In Mkhabela’s group, members who don’t repay debts on time are given an extra month, but then risk having goods repossessed. Members who don’t save lose out on any interest earned during that period.

But stokvels rely heavily on personal relationships and the trust, responsibility and peer pressure they cultivate.

Similar informal savings and loan associations are common the world over, from “village banks” in neighbouring Malawi to Mexico’s “cundinas” or China’s “hui”.

Standard Bank’s new account targeted at stokvels will offer different features depending on what the group is saving for. For grocery stokvels, for instance, the bank might provide easier ways to buy in bulk.

The bank also plans to offer discounts at retailers, funeral parlours and other places stokvels often approach with piles of cash, hoping to make a bulk purchase or to ask to set aside the money for the future.

Standard Bank is building up a network of partnerships with such organisations, which already spans 20,000 outlets, to promote the new account and create a stokvel loyalty programme.

It wants to double the balances it holds via its existing group savings product, Mkalala said, without giving a figure for those.

Absa and FNB plan to offer stokvel investment solutions, Cele and Raj Makanjee, FNB’s retail and private banking CEO, said. Absa hopes its efforts can help to increase its savings and market deposit share in SA to 25% from around 21.5% within three to five years.

Both Standard Bank and FNB, meanwhile, are looking at how to replicate stokvel’s informal lending and could roll out similar schemes in other markets in Africa. Mkalala said his bank was already planning such moves in places like Kenya.


Banking a stokvel offers multiple chances to make money. Targeting individual members with personal bank accounts, for instance, would open up a world of sales opportunities.

“That is the much bigger play from a cross-selling point of view … You can do much more with the members,” Mkalala said.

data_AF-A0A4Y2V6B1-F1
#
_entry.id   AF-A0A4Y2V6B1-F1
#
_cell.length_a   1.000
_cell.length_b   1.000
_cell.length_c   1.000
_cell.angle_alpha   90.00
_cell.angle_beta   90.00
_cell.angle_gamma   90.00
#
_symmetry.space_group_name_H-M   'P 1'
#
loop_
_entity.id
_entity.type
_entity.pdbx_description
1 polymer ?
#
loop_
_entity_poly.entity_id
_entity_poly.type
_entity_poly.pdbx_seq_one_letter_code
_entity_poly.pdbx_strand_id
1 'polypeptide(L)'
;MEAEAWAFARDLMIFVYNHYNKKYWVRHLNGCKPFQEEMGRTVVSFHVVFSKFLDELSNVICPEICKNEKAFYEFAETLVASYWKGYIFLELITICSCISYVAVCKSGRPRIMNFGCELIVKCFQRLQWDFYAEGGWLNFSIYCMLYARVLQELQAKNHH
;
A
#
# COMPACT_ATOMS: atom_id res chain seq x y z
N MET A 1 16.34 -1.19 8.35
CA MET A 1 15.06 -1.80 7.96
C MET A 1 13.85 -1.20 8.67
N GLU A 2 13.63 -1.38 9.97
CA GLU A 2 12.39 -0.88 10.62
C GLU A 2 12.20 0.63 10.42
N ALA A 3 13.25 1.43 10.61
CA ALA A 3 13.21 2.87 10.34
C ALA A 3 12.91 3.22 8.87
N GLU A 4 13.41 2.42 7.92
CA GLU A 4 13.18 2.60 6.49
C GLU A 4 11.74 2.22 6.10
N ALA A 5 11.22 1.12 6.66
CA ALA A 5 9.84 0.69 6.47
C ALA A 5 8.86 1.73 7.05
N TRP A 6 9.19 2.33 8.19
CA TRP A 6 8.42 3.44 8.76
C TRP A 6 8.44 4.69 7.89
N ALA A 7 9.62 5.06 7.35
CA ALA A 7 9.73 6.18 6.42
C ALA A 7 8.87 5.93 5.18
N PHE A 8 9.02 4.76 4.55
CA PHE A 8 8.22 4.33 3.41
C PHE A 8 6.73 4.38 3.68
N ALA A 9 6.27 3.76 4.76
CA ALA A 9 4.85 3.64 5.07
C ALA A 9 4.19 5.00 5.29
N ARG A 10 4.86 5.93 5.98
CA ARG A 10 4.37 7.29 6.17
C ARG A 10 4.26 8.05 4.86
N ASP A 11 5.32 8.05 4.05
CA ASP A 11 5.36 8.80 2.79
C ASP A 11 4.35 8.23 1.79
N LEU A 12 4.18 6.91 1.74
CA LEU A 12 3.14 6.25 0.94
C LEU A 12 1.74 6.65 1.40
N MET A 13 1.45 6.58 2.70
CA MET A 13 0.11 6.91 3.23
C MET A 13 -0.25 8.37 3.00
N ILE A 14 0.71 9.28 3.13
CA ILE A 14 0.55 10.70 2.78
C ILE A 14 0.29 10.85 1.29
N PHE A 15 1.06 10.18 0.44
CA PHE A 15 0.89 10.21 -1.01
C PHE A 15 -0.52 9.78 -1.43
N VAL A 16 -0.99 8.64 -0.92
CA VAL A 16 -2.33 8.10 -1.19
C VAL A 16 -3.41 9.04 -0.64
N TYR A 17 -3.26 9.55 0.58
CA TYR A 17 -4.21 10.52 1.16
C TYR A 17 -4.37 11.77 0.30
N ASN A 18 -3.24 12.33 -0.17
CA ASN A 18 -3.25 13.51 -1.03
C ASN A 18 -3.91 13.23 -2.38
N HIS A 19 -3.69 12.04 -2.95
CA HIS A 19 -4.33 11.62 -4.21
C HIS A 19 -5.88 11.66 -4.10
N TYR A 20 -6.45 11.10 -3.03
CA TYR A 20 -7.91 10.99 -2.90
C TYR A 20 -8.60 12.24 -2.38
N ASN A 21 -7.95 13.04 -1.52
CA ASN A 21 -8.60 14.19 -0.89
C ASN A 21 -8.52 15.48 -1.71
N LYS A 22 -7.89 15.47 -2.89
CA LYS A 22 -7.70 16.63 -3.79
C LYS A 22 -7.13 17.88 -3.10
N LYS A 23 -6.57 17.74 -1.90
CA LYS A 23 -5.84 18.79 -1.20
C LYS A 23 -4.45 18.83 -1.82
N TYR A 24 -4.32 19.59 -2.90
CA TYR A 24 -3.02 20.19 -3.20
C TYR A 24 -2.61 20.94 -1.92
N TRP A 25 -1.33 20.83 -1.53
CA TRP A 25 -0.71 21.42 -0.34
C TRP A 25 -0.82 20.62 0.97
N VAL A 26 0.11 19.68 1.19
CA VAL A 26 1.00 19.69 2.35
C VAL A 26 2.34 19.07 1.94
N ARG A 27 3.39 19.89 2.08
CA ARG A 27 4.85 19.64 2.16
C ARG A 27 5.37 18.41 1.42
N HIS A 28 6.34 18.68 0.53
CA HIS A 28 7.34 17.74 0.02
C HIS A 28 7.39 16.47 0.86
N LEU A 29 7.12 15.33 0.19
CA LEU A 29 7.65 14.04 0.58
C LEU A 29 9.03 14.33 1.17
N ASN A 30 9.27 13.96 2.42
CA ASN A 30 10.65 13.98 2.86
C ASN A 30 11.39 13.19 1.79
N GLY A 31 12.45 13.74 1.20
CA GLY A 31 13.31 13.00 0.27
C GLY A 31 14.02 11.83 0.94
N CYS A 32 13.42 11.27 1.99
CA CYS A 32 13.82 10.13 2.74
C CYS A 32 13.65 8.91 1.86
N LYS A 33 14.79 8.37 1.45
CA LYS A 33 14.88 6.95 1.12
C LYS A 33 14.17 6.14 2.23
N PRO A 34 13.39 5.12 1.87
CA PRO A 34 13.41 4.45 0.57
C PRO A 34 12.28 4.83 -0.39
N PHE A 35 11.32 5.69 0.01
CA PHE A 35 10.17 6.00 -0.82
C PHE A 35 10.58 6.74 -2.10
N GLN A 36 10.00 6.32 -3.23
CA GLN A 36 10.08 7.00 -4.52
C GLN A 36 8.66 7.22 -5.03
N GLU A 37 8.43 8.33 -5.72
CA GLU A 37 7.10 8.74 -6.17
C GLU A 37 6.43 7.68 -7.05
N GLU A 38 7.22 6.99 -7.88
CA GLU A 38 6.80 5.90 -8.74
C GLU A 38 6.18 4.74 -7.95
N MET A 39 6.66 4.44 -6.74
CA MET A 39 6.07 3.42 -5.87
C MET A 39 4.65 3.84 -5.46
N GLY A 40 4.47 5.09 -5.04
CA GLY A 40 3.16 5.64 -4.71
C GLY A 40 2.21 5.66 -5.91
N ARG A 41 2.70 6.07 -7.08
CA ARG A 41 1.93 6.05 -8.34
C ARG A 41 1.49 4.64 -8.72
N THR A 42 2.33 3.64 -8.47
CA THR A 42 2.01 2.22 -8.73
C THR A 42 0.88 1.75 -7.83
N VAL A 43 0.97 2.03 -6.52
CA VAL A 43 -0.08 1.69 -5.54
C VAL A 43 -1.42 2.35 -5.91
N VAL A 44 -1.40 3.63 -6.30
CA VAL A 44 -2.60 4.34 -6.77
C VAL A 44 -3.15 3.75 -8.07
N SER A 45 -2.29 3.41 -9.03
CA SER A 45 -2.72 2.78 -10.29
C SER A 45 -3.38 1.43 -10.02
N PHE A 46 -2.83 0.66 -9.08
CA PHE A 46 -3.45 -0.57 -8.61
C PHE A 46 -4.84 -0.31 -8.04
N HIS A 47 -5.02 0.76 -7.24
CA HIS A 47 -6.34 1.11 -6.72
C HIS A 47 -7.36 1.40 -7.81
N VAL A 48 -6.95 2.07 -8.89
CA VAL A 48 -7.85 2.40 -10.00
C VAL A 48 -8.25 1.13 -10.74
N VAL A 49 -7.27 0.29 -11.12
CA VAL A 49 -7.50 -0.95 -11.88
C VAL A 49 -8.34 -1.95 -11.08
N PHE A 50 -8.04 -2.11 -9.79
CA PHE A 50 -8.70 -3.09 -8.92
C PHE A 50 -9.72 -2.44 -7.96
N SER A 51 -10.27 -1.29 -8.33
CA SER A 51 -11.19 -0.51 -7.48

Stokvels benefit too, he said, including via better returns and enhanced security.

Stokvels have lost huge sums in single robberies, local media have reported, while informality can increase vulnerability to fraudsters.

Some stokvels put money in personal bank accounts, but this can create problems over access to the cash. If the account holder dies, for instance, clubs have to negotiate with the next of kin or the bank to access their funds, and they can be unsuccessful — a scenario that played out for some during the pandemic.

For Anton Krone, head of SaveAct, which helps set up savings clubs, shifting into the formal banking system isn’t necessarily a better option, and can lead to higher debts and other problems.

Andrew Lukhele, who chairs stokvel association Nasasa, said banks bring demands for documents, a constitution — not necessary for all groups — and more rigidity in how the money can be used.

Stokvels’ benefits also go beyond pure finance. They provide a sense of community or moral support in tough times through regular in-person meetings.

Bank executives said their products could cultivate the same qualities. Krone and Lukhele said they believed these elements could be lost in practice.

Some savers are also reluctant. Twitter users in Malawi criticised banks for trying to profit from village banks after ignoring their members for decades.

Mkhabela’s reasoning, however, is more practical:

“Bank accounts have too many charges, a lot of paperwork … We prefer to do it this way.”